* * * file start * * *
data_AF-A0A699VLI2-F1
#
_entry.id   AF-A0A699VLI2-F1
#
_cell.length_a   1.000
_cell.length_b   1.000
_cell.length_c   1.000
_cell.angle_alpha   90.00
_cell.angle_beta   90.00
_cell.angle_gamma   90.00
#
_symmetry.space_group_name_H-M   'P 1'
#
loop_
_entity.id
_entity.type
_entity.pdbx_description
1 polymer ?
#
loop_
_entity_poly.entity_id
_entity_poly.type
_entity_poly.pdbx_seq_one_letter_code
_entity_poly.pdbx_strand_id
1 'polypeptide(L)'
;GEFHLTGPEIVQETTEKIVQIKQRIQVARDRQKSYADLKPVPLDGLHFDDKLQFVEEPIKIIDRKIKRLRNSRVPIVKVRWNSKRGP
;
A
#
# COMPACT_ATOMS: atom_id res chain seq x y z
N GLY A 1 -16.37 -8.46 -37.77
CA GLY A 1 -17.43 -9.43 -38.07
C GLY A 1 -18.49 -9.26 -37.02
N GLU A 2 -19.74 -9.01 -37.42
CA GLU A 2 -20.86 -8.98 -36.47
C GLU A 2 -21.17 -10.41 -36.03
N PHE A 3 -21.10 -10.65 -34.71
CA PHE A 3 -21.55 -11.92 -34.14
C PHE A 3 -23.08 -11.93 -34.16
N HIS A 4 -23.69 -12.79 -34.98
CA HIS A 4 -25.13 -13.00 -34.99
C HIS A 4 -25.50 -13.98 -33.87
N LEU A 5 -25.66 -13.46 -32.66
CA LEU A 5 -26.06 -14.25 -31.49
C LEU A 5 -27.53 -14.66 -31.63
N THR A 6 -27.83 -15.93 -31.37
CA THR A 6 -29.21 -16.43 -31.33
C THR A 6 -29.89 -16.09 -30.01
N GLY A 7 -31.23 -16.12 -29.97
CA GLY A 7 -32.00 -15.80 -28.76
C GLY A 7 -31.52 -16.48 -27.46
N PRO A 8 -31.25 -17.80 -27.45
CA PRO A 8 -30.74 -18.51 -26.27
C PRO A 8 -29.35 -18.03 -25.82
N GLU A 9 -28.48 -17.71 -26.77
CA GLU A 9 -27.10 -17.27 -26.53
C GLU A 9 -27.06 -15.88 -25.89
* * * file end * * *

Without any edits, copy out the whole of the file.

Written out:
data_AF-A0A699VLI2-F1
#
_entry.id   AF-A0A699VLI2-F1
#
_cell.length_a   1.000
_cell.length_b   1.000
_cell.length_c   1.000
_cell.angle_alpha   90.00
_cell.angle_beta   90.00
_cell.angle_gamma   90.00
#
_symmetry.space_group_name_H-M   'P 1'
#
loop_
_entity.id
_entity.type
_entity.pdbx_description
1 polymer ?
#
loop_
_entity_poly.entity_id
_entity_poly.type
_entity_poly.pdbx_seq_one_letter_code
_entity_poly.pdbx_strand_id
1 'polypeptide(L)'
;GEFHLTGPEIVQETTEKIVQIKQRIQVARDRQKSYADLKPVPLDGLHFDDKLQFVEEPIKIIDRKIKRLRNSRVPIVKVRWNSKRGP
;
A
#
# COMPACT_ATOMS: atom_id res chain seq x y z
N GLY A 1 -16.37 -8.46 -37.77
CA GLY A 1 -17.43 -9.43 -38.07
C GLY A 1 -18.49 -9.26 -37.02
N GLU A 2 -19.74 -9.01 -37.42
CA GLU A 2 -20.86 -8.98 -36.47
C GLU A 2 -21.17 -10.41 -36.03
N PHE A 3 -21.10 -10.65 -34.71
CA PHE A 3 -21.55 -11.92 -34.14
C PHE A 3 -23.08 -11.93 -34.16
N HIS A 4 -23.69 -12.79 -34.98
CA HIS A 4 -25.13 -13.00 -34.99
C HIS A 4 -25.50 -13.98 -33.87
N LEU A 5 -25.66 -13.46 -32.66
CA LEU A 5 -26.06 -14.25 -31.49
C LEU A 5 -27.53 -14.66 -31.63
N THR A 6 -27.83 -15.93 -31.37
CA THR A 6 -29.21 -16.43 -31.33
C THR A 6 -29.89 -16.09 -30.01
N GLY A 7 -31.23 -16.12 -29.97
CA GLY A 7 -32.00 -15.80 -28.76
C GLY A 7 -31.52 -16.48 -27.46
N PRO A 8 -31.25 -17.80 -27.45
CA PRO A 8 -30.74 -18.51 -26.27
C PRO A 8 -29.35 -18.03 -25.82
N GLU A 9 -28.48 -17.71 -26.77
CA GLU A 9 -27.10 -17.27 -26.53
C GLU A 9 -27.06 -15.88 -25.89